To restore a user by using the Get-ADObject cmdlets, you need to be running Server 2008 R2 (or Windows 7 as part of Remote Server Administration Tools—RSAT), because the AD module for PowerShell is part of the new features in Server 2008 R2 and the module can only be installed on Server 2008 R2 or Windows 7 systems.

The RSAT tools let you manage roles and features that are installed on computers that are running Server 2008, Windows 2003, and Server 2008 R2. (They can be downloaded at the Microsoft download site.) 

Now, let’s use those If/Then statements I mentioned at the beginning of this article. Every If statement implies a Then as you troubleshoot the issue:

What happens if a user is deleted from AD using the AD Console or Active Directory Users and Computers? Does his mailbox remain in the recipients container? Does it move over to the Disconnected Mailbox section? Is it lost forever?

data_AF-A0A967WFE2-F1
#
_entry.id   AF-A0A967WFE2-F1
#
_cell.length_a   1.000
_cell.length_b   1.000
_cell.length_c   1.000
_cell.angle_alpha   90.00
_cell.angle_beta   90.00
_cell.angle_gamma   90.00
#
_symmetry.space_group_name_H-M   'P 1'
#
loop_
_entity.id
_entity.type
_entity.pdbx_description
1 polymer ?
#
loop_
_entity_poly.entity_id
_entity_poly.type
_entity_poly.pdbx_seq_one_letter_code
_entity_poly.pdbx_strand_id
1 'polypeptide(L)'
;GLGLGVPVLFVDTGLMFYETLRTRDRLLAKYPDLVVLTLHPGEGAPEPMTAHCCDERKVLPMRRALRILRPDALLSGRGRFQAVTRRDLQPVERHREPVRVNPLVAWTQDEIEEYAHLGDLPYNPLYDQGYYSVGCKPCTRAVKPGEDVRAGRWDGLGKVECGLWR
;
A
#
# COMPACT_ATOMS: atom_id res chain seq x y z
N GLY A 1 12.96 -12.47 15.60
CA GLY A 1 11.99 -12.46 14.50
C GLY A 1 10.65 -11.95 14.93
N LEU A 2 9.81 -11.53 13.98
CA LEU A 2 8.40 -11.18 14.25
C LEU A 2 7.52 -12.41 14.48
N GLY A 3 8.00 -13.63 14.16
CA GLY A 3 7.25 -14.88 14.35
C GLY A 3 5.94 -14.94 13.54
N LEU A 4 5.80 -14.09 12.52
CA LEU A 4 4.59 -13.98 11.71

Well, if you delete the user, the mailbox disappears with it. To restore both you would use the AD Recycle Bin cmdlets in PowerShell, and restoring the user automatically restores the mailbox as well.

So, for example, if the user is “Logan Smith”, and that user has been deleted from with the Active Directory Users and Computers console, you would open a PowerShell prompt on the DC (for the sake of ease) and type:

Get-ADObject -Filter \{displayName -eq "Logan    <br>  Smith"\} -IncludeDeletedObjects | Restore   -ADObject

The result: The user object is restored and the mailbox is restored to the Recipients container in Exchange as well. Two items get corrected in one step.

Note that I’m only talking about the server side of Server 2008 and Server 2008 R2 for the restore in this way. You could have legacy servers in play but for the most part I am looking at Exchange 2007 and Exchange 2010.

What happens if you right-click a mailbox in the Recipients container and choose Disable? The mailbox goes to the Disconnected Mailbox section. (This doesn’t mean items are removed from the mailbox database; instead, it just puts the mailbox in a safe, limbo state.)